Curse of Turan
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The Curse of Turan (Hungarian: Turáni átok) is a belief that Hungarians have been under the influence of a malicious spell for many centuries. The "curse" manifests itself as inner strife, pessimism, misfortune and several historic catastrophes.
There are different theories of origin. It is important to note, that the name for the imagined "turanian people" came into existence and spread due to the works of Max Müller in Hungary, and it became a popular hypothesis in the second half of the 19th century. The first written mention of the phrase: "Turáni átok" was found in the publications of Ferenc Herczeg.
Saint Stephen and Christianity
Perhaps the most popular origin theory is that the curse resulted from Hungary's conversion to Christianity in the year AD 1000 under King Stephen. The vanquished adherents of the old Hungarian religion cast a curse upon Christian Hungary to last either forever or perhaps for 1,000 years.
Another theory is that the curse was created as legend during the 1850s in the aftermath of the failed Hungarian Revolution of 1848, and reflected the overwhelming pessimism of this repressive decade.
Some tragic events of Hungarian history are traditionally seen as national catastrophes, manifestations of the Curse of Turan:
- Battle of Mohi (1241) Devastating loss to invading Mongols leading to severe population depletion.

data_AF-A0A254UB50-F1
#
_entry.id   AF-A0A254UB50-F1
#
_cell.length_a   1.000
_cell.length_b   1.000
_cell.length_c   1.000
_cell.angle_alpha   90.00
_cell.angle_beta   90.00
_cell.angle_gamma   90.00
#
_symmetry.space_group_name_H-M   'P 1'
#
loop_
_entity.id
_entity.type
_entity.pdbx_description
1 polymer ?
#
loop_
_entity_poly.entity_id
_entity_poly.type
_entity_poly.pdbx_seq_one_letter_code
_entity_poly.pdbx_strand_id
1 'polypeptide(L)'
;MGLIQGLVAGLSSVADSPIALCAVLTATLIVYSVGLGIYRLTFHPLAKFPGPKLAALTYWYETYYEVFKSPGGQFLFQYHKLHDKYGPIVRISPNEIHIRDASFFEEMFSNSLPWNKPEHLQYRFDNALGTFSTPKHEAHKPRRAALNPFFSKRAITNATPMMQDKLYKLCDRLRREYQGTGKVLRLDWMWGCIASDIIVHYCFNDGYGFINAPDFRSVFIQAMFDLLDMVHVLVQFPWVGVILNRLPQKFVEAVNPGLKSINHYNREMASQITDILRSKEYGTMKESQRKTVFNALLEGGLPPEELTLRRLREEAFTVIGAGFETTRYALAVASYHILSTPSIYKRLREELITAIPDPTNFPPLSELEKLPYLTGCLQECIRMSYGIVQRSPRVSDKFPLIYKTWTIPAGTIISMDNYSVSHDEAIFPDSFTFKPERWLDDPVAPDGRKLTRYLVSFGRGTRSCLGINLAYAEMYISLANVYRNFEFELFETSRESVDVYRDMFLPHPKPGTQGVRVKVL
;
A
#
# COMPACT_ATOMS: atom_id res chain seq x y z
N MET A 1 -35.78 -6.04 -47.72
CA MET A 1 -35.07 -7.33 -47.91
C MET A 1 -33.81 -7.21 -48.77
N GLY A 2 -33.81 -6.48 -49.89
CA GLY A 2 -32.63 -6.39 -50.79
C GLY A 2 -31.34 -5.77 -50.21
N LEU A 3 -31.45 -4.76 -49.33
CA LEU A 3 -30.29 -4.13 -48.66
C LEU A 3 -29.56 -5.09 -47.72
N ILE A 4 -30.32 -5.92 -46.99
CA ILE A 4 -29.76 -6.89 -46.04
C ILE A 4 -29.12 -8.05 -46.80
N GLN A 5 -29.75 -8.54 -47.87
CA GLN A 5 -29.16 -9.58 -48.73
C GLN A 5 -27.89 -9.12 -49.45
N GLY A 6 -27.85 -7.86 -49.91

- Battle of Mohács (1526) Decisive loss to invading Turks leading to around 150 years (until 1686) of Ottoman rule in central parts of the country.
- Transfer of sovereignty from the Ottoman Empire to the Habsburg Austrian Empire (1699)
- Crushing of the 1848 Revolution (1849) Loss to Habsburg and Russian forces led to 15 years of severe repression.
- Treaty of Trianon (1920) Redefinition of borders after World War I; Hungary loses about 72% of its territory.
- World War II (1939–45) Catastrophic alliance with Axis powers.
- Hungarian Revolution of 1956 Crushed by Soviet military, led to severe reprisals and mass exodus of many Hungarians.
The curse has also been blamed for causing many troubles on a personal level. Among them are Hungary's high rate of suicide. Currently, Hungary is 25th in the world in suicide rate. In the mid 1980s, Hungary led this indicator. Hungarians have the third shortest life expectancy in Europe outside the countries of the former USSR.
Turan (Hungarian: Turán) derives from the Persian توران and refers to the steppes of Central Asia, land of the Tur. This root word is likely derived from the name of an ancient king, and may also be the root of "Turk". Traditionally Magyars were considered Turkic people until the end of the 18th century. In the 19th century, when the Curse of Turan was a very popular concept, artists searched for Asian characteristics in Hungarian folk art and called them "Turanic motifs".
The curse became a favourite theme in Hungarian literature. A poem written in 1832 by the great 19th century Romantic poet, Mihály Vörösmarty, explains the origin of the curse as the bloody wars fought for the territory of Hungary in ancient times:
“Men!” said the Pannon god of bane in olden times
“I bestow to you a happy land; you should fight for, if you want her.”
So great, brave nations fought dauntlessly for her,
And the Magyar won a bloody victory at last.
Oh, but contention remained on the souls of the peoples: the land
Can never become happy under this curse.
"Férfiak!" így szólott Pannon vészistene hajdan,
"Boldog földet adok, víjatok érte, ha kell."
S víttanak elszántan nagy bátor nemzetek érte,
S véresen a diadalt végre kivítta magyar.
Ah de viszály maradott a népek lelkein: a föld
Boldoggá nem tud lenni ez átok alatt.